As you all know, capacitors are also reactive components but the great thing about them is that the amps through a capacitor go in front of the voltage
So where an inductor or motor will have negative cosΦ, (current lags the volts) capacitors have positive cosΦ (current leads the volts)

Sharp eyed utility operators/workers will be aware of places on their network where there are especially lots of motors attached to their grid (persistent negative cosΦ) and so, easy peasy lemon squeezy, they bolt some capacitance to their lines.

This adds positive cosΦ and with a modicum of luck, the two cancel out and everybody is happy

Peta of Newark
Reply to  Peta of Newark
December 23, 2023 12:43 pm

They can make them any old size they like but as we all also know, capacitors of most shapes and sizes are able to dump their contents in vanishly small intervals of time

That means that should *anything* go wrong, esp internal to the capacitor and it dumps its load into itself, you have *very* powerful bomb on your hands

hence the 4MW limit – keeping taking windows out over a 5 mile radius gets tedious and expensive.
Even before the windows’ owners get a bit ‘dis-chuffed’

4MW limits the damage to about a kilometre when they blow

Rud Istvan
Reply to  Peta of Newark
December 23, 2023 1:14 pm

PETA, we are speaking of supercapacitors, aka electrolytic double layer capacitors, something where I have basic issues patenets and invested several million to get to market.
The physics is that of the Helmholtz double layer—same physics as lightning. If I knew how to reach you I would send a picture of a working 4MW grid inertia unit operating in Japan on the feed to a large semiconductor plant. The time from full charge to full discharge is on the order of 1 second. Make the supercap bank big enough and voila, grid inertia. Cost is the reason they don’t come bigger. Above about 4 MW, a large synchronous condenser is cheaper.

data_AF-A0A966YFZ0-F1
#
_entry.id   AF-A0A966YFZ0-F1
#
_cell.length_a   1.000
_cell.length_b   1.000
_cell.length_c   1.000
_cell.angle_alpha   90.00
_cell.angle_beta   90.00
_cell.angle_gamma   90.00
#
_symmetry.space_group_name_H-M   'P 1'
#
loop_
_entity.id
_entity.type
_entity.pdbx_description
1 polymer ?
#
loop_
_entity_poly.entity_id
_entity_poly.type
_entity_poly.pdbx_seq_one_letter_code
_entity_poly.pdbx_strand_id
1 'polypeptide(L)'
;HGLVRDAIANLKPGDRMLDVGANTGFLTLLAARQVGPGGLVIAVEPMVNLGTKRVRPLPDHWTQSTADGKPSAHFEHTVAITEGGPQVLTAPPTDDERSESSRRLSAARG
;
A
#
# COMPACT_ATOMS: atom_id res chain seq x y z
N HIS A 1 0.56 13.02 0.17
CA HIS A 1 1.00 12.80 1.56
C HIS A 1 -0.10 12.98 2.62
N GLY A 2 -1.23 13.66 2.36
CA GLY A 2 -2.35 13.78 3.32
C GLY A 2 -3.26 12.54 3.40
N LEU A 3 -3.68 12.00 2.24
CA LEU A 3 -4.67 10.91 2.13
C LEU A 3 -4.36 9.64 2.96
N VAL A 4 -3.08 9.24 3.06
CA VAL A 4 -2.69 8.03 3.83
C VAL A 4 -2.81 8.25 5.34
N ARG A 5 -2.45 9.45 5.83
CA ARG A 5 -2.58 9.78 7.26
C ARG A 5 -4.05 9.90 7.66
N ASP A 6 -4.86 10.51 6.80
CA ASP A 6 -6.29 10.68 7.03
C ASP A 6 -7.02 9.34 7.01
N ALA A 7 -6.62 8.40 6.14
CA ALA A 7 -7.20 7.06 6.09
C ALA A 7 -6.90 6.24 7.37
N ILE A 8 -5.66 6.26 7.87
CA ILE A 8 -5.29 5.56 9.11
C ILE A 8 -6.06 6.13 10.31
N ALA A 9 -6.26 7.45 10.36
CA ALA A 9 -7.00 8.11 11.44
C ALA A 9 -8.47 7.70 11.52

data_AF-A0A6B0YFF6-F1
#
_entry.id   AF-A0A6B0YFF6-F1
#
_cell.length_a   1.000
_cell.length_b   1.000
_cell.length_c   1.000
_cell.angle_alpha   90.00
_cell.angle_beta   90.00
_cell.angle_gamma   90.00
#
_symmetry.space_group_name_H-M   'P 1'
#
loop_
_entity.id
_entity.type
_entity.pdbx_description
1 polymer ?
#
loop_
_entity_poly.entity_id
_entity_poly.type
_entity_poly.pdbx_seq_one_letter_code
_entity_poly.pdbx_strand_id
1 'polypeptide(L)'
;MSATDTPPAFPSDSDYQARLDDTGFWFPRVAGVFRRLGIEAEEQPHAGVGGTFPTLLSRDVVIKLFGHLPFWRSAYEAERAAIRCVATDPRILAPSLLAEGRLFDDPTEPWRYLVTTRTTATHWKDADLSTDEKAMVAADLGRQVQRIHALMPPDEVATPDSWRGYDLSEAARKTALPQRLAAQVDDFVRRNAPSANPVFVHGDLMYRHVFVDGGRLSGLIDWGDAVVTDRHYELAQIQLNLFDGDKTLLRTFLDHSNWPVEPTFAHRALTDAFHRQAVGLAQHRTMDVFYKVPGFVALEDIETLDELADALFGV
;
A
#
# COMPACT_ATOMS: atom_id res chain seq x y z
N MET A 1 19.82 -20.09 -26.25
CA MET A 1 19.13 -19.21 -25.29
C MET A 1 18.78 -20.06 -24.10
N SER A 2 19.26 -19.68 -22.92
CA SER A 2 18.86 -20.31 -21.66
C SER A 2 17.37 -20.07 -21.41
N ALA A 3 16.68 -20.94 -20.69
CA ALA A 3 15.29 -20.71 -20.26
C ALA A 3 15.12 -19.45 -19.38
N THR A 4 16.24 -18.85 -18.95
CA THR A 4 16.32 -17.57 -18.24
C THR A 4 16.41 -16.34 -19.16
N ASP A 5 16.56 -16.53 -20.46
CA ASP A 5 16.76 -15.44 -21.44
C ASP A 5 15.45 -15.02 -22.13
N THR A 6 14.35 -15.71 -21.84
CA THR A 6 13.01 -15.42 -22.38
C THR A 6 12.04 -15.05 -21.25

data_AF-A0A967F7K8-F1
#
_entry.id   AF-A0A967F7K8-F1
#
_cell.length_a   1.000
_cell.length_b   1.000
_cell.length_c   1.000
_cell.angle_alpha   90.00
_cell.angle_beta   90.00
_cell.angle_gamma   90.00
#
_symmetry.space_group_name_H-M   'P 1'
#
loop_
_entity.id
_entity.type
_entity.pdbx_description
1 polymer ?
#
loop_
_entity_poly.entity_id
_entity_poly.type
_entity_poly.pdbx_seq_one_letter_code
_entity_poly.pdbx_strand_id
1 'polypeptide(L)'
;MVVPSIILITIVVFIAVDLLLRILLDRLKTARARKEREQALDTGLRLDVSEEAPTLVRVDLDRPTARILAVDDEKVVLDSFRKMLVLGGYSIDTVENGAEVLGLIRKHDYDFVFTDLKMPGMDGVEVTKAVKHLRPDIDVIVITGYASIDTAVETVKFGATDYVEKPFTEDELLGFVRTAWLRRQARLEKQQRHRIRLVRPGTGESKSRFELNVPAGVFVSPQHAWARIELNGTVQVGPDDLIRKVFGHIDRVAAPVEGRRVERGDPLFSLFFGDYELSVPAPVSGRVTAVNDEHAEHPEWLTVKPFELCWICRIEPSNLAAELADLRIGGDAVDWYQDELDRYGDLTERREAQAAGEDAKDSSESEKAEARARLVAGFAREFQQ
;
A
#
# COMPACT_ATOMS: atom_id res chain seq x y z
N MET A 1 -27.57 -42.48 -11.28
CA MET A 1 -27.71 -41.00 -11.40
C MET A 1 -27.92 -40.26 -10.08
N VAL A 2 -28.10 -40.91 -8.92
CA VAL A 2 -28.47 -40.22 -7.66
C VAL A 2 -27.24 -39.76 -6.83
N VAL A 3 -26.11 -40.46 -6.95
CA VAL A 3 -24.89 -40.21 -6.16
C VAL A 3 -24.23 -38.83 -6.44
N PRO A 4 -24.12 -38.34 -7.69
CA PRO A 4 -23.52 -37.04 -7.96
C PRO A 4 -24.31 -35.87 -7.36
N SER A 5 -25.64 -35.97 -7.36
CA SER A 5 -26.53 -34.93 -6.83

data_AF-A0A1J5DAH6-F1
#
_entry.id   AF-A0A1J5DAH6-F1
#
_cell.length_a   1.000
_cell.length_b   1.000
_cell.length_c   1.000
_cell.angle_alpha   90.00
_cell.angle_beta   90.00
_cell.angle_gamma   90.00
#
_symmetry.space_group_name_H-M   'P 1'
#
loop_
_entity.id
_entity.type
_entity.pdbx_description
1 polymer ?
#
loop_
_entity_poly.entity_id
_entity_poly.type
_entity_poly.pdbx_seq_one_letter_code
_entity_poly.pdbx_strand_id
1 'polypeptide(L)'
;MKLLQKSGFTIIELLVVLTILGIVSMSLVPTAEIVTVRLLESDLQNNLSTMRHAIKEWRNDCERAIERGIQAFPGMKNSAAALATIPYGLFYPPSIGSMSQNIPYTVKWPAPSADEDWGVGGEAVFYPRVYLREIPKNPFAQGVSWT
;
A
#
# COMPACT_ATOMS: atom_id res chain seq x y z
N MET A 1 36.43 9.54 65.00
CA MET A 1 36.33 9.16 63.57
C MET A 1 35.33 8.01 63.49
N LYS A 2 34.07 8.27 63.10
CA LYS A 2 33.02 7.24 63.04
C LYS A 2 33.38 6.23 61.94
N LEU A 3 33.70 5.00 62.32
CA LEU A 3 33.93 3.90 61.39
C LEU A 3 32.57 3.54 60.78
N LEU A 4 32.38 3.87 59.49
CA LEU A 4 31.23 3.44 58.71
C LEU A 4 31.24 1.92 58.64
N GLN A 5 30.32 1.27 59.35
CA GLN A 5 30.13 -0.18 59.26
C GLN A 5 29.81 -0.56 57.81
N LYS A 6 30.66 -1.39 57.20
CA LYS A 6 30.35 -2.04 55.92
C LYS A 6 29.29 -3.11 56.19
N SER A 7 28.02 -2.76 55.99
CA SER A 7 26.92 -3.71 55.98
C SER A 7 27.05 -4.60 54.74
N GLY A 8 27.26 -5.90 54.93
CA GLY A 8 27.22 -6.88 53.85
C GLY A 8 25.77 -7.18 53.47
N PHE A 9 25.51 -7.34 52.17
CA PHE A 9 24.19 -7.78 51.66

Richard Greene
Reply to  Rud Istvan
December 23, 2023 2:47 pm

Super capacitors have been tried in experimental EVs here in Michigan as a way to temporarily boost EV acceleration while using a smaller, cheaper basic electric motor.

The horsepower boost was brief and not a good trade off for using a smaller, cheaper electric motor and smaller, cheaper battery pack.

Reply to  Peta of Newark
December 23, 2023 8:14 pm

Great exposition(s) of technical knowledge that did not really address the thesis(es).

Richard Greene
Reply to  Peta of Newark
December 23, 2023 2:40 pm

One of those oversized baked-bean cans at the tops of poles exploded behind our home with a noise so loud last Summer my wife almost fainted. I told her we were going to be without electricity for longer than the usual day or two. Two days later four DTE Energy workmen showed up and our electricity was on in 20 minutes. How could damage from such an incredible explosion be repaired in only 20 minutes with one guy climbing up the telephone pole with a ladder?.

Curious George
Reply to  Richard Greene
December 23, 2023 4:03 pm

Can’t tell unless you tell me what has happened. An “oversized baked bean can” is not a technical description.

Richard Greene
Reply to  Curious George
December 24, 2023 2:54 am

 Large baked bean can = large cylinder on an electric pole, a transformer used to convert the electricity to a lower level needed in your home or business. This is usually around 240 volts.

Iain Reid
Reply to  Rud Istvan
December 24, 2023 12:23 am


I think inertia as used by electrical power grids is largely misunderstood.

It is a damper for frequency variation using kinetic energy from large rotating turbo alternators or similar and is continually occurring. How can that be artifically supplied?

Also, it does not end there, as I said it is a damper and if the load continues to deviate from the input power conventional generators alter input power to match. This is the way frequency is met, not just simple inertia. It is similar to the flywheel on an internal combustion engine, but if the fuel input does not match the load the engine speed will alter. Speed in a grid system must be kept to very tight limits.

Even then there can be significant events that require additional input, usually from storage due to their quick reaction time, this is why pumped storage was added to grids long before any renewables.

John XB
Reply to  Iain Reid
December 24, 2023 5:48 am

Which is why fossil fuel generators are needed continually running to keep the grid stable as more and more wind and solar is added.

The net result is not changeover from fossil fuel to wind/solar, but two systems working in parallel – and CO2 emissions negligible, or even increased – and sky high electricity prices.


Reply to  mleskovarsocalrrcom
December 23, 2023 11:38 am

Went bankrupt, screwed investors and customers. Reborn and rebranded, rinse and repeat.

Curious George
Reply to  mleskovarsocalrrcom
December 23, 2023 12:06 pm

Do we know of anybody working on an alcohol-powered fuel cell?

Peta of Newark
Reply to  Curious George
December 23, 2023 12:09 pm

We’ve all got one already – a liver.

Rud Istvan
Reply to  Curious George
December 23, 2023 1:16 pm